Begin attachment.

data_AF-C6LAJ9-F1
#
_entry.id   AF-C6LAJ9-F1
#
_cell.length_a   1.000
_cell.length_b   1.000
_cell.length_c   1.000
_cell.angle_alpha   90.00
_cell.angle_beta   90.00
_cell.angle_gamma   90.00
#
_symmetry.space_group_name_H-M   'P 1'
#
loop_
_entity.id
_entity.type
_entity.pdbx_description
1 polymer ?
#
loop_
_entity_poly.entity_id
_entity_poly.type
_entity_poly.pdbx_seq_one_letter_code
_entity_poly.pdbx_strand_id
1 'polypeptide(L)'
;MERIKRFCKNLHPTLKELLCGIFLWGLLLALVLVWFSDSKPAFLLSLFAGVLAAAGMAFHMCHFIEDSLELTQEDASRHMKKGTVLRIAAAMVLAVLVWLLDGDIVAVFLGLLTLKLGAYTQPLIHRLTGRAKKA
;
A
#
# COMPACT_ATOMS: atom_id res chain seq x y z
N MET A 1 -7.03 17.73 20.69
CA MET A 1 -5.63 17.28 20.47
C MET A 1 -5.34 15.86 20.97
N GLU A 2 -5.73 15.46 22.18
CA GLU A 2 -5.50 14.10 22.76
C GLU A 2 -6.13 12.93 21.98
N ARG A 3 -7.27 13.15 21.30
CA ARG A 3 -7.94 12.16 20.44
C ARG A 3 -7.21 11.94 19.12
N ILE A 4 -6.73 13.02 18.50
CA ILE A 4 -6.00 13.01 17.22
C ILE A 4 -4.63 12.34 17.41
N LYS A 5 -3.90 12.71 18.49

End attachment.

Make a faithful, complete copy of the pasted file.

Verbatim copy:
data_AF-C6LAJ9-F1
#
_entry.id   AF-C6LAJ9-F1
#
_cell.length_a   1.000
_cell.length_b   1.000
_cell.length_c   1.000
_cell.angle_alpha   90.00
_cell.angle_beta   90.00
_cell.angle_gamma   90.00
#
_symmetry.space_group_name_H-M   'P 1'
#
loop_
_entity.id
_entity.type
_entity.pdbx_description
1 polymer ?
#
loop_
_entity_poly.entity_id
_entity_poly.type
_entity_poly.pdbx_seq_one_letter_code
_entity_poly.pdbx_strand_id
1 'polypeptide(L)'
;MERIKRFCKNLHPTLKELLCGIFLWGLLLALVLVWFSDSKPAFLLSLFAGVLAAAGMAFHMCHFIEDSLELTQEDASRHMKKGTVLRIAAAMVLAVLVWLLDGDIVAVFLGLLTLKLGAYTQPLIHRLTGRAKKA
;
A
#
# COMPACT_ATOMS: atom_id res chain seq x y z
N MET A 1 -7.03 17.73 20.69
CA MET A 1 -5.63 17.28 20.47
C MET A 1 -5.34 15.86 20.97
N GLU A 2 -5.73 15.46 22.18
CA GLU A 2 -5.50 14.10 22.76
C GLU A 2 -6.13 12.93 21.98
N ARG A 3 -7.27 13.15 21.30
CA ARG A 3 -7.94 12.16 20.44
C ARG A 3 -7.21 11.94 19.12
N ILE A 4 -6.73 13.02 18.50
CA ILE A 4 -6.00 13.01 17.22
C ILE A 4 -4.63 12.34 17.41
N LYS A 5 -3.90 12.71 18.49